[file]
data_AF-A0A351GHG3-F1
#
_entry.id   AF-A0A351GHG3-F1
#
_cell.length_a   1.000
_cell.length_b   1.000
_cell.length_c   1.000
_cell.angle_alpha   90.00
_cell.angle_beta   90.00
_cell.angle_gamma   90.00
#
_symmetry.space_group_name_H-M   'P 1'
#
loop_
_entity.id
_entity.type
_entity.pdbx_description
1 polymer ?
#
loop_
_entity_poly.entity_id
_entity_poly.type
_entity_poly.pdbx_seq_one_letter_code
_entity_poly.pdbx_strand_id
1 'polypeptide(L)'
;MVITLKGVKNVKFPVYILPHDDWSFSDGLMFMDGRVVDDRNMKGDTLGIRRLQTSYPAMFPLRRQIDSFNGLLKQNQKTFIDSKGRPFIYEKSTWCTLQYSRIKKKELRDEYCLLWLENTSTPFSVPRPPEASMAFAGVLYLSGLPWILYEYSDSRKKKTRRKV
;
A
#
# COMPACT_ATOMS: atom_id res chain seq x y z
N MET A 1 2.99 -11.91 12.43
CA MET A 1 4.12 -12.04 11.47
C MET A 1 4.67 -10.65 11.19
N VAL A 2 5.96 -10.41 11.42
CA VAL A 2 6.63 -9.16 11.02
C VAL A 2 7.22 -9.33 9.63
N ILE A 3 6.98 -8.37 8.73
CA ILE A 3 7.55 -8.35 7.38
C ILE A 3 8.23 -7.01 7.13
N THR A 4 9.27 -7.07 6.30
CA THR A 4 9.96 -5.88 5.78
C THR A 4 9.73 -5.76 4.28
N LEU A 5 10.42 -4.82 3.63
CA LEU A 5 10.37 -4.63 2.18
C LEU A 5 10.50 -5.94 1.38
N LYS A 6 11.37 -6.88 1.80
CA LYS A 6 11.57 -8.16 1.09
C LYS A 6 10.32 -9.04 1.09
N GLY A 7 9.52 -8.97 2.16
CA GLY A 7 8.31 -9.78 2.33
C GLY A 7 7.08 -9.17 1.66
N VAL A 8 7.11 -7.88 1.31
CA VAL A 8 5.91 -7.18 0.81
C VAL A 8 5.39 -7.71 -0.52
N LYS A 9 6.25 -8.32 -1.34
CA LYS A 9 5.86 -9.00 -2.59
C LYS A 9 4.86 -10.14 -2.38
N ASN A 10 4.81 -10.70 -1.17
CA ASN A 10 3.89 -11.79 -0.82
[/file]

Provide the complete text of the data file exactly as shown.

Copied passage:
data_AF-A0A351GHG3-F1
#
_entry.id   AF-A0A351GHG3-F1
#
_cell.length_a   1.000
_cell.length_b   1.000
_cell.length_c   1.000
_cell.angle_alpha   90.00
_cell.angle_beta   90.00
_cell.angle_gamma   90.00
#
_symmetry.space_group_name_H-M   'P 1'
#
loop_
_entity.id
_entity.type
_entity.pdbx_description
1 polymer ?
#
loop_
_entity_poly.entity_id
_entity_poly.type
_entity_poly.pdbx_seq_one_letter_code
_entity_poly.pdbx_strand_id
1 'polypeptide(L)'
;MVITLKGVKNVKFPVYILPHDDWSFSDGLMFMDGRVVDDRNMKGDTLGIRRLQTSYPAMFPLRRQIDSFNGLLKQNQKTFIDSKGRPFIYEKSTWCTLQYSRIKKKELRDEYCLLWLENTSTPFSVPRPPEASMAFAGVLYLSGLPWILYEYSDSRKKKTRRKV
;
A
#
# COMPACT_ATOMS: atom_id res chain seq x y z
N MET A 1 2.99 -11.91 12.43
CA MET A 1 4.12 -12.04 11.47
C MET A 1 4.67 -10.65 11.19
N VAL A 2 5.96 -10.41 11.42
CA VAL A 2 6.63 -9.16 11.02
C VAL A 2 7.22 -9.33 9.63
N ILE A 3 6.98 -8.37 8.73
CA ILE A 3 7.55 -8.35 7.38
C ILE A 3 8.23 -7.01 7.13
N THR A 4 9.27 -7.07 6.30
CA THR A 4 9.96 -5.88 5.78
C THR A 4 9.73 -5.76 4.28
N LEU A 5 10.42 -4.82 3.63
CA LEU A 5 10.37 -4.63 2.18
C LEU A 5 10.50 -5.94 1.38
N LYS A 6 11.37 -6.88 1.80
CA LYS A 6 11.57 -8.16 1.09
C LYS A 6 10.32 -9.04 1.09
N GLY A 7 9.52 -8.97 2.16
CA GLY A 7 8.31 -9.78 2.33
C GLY A 7 7.08 -9.17 1.66
N VAL A 8 7.11 -7.88 1.31
CA VAL A 8 5.91 -7.18 0.81
C VAL A 8 5.39 -7.71 -0.52
N LYS A 9 6.25 -8.32 -1.34
CA LYS A 9 5.86 -9.00 -2.59
C LYS A 9 4.86 -10.14 -2.38
N ASN A 10 4.81 -10.70 -1.17
CA ASN A 10 3.89 -11.79 -0.82